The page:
However, there is more to fathers’ playfulness than physical, tactile stimulation. While both mothers and fathers play conventional games and use toys with their children, it seems that when fathers are involved in interactions, their play can be more stimulating than mothers’ (Labrell, 1996; Roggman et al., 2004). While mothers’ interactions with infants tend to be smooth and regulated, fathers’ play often involves bursts of high energy that increase as playtime extends (Feldman, 2003). Fathers’ energy, expressed as teasing, humour, or incongruity, brings novelty, surprise and complexity to the child. Under the wing of a warm connection with the father, these cognitive stimulations are highly arousing and engaging (Zaouche-Gaudron et al., 1998). This sort of stimulating, contradictory and challenging behaviour between fathers and their children has been documented in numerous studies (Keltner, 2001; Yogman, 1981).When fathers sing to their infants, for example, they are likely to choose unconventional songs, or make up their own rather than sing traditional nursery songs (Trehub et al., 1997), their exuberant singing being highly engaging (O’Neill & Trainor, 2001). Similarly, they use longer and more abstract words than mothers (Pancsofar & Vernon-Feagans, 2010). Teasing is another example of fathers’ playfulness. When men tease their child, the smooth flow of cooperative play is interrupted by ambiguity or uncertainty because the father deliberately provokes a reaction from the child in one way or another. Blocking play moves, sudden changes of routine to provoke surprise or pretending to fight are all examples of this type of teasing (Labrell, 1994). Importantly, these actions are not antagonistic, they are ‘pretend’, just as rough and tumble is ‘play’-fighting.

Fathers use longer and more abstract words with their children than mothers.

Evidence now suggests that the effects of fathers’ contribution to their child’s development are different from mothers’ and that some of this may even be unique (Dumont & Paquette, 2013; Majdandžiç et al., 2014). Over time, 
myriad playful moments generate joy and mutual warmth, intensifying the bond between father and child. As this attachment grows stronger, the child gains confidence to explore. At the same time, the father’s play and interaction style can improve the child’s emotional regulation (Hagman, 2014), mastery motivation, (Lang et al., 2014) and nascent academic skills, such as language, reading and numeracy (Cook et al., 2011). Rough and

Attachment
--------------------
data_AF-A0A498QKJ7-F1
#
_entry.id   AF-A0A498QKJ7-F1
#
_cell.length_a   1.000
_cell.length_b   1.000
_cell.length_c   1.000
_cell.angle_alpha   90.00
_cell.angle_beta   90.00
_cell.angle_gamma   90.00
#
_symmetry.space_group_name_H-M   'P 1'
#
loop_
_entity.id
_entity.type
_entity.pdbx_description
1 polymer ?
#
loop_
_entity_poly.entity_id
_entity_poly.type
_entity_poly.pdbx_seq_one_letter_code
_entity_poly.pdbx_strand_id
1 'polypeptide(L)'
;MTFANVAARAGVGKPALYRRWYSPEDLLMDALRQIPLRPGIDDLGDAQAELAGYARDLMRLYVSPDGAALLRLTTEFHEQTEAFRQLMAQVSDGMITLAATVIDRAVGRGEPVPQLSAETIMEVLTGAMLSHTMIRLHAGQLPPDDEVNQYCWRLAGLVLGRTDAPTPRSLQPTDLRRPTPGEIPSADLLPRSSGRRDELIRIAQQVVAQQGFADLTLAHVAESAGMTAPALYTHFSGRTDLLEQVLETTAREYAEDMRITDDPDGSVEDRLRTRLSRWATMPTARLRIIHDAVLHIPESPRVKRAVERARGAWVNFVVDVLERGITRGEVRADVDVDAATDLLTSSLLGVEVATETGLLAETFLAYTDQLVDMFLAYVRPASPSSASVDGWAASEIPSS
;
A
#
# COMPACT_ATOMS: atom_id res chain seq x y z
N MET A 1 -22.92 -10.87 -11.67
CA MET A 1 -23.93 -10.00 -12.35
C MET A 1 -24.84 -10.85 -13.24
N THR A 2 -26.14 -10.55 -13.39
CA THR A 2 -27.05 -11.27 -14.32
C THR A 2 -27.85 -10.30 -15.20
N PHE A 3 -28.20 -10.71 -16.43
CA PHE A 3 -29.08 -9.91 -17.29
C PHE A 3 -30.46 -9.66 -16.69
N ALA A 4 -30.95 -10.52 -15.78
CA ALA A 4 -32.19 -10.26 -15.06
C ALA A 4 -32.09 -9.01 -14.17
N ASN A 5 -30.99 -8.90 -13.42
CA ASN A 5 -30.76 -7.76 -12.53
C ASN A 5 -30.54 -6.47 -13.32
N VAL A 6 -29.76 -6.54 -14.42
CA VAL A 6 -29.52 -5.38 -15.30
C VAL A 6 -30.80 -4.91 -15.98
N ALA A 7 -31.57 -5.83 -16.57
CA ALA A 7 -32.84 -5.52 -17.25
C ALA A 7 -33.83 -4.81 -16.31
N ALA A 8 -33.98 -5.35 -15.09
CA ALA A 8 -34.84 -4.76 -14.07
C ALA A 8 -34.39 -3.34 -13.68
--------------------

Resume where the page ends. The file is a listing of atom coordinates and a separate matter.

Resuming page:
tumble play, for example, is linked to children’ social competence, such as positive peer relationships (Fletcher et al., 2013), regulation of aggression (Peterson & Flanders, 2005), and social anxiety (Bogels & Perotti, 2011). Fathers’ impact can be lasting – one longitudinal study showed that sensitive and challenging father-child play at two years predicted teenagers who were more comfortable with uncertainties and complexities, were less likely to seek reassurance from others and less likely to withdraw in the face of frustration and adversity (Grossmann et al., 2002). It is important to note, however, that individual differences in fathers have an effect on quality of play. Fathers’ parenting style may not be optimal - less warmth, more negativity (Davis et al., 2011)  - and other factors such as depression, role identity and parenting-efficacy can impact upon play style (Harvey et al., 2011; Zaouche-Gaudron et al., 1998). 
Fathers’ play and interaction style can improve the child’s emotional regulation.

Given the importance of playfulness to child attachment and developmental trajectory therefore, infants and young children need interaction with someone who is willing to extend, reach out, and have fun (Nakano et al., 2007). And it seems that some children prefer the type of play father brings (Clarke-Stewart, 1978). Security and parent responsiveness remain the a priori conditions for play, and when this is in place, stimulation and arousal through fathers’ sensitive and challenging play will help shape children’s brain structures and processes, and ultimately, their intellectual and emotional capacities (Collins et al., 2000).
 The impact of the father-child and mother-child relationships on long-term outcomes is leverage for clinicians, and birth and parenting educators. Practitioners’ beliefs in fathers’ capacity to contribute to children’s development will be an important resource for families. Interactions with families that demonstrate a value for fathers, and support them in developing positive-father child relationships, will help men to activate their own knowledge and strengths.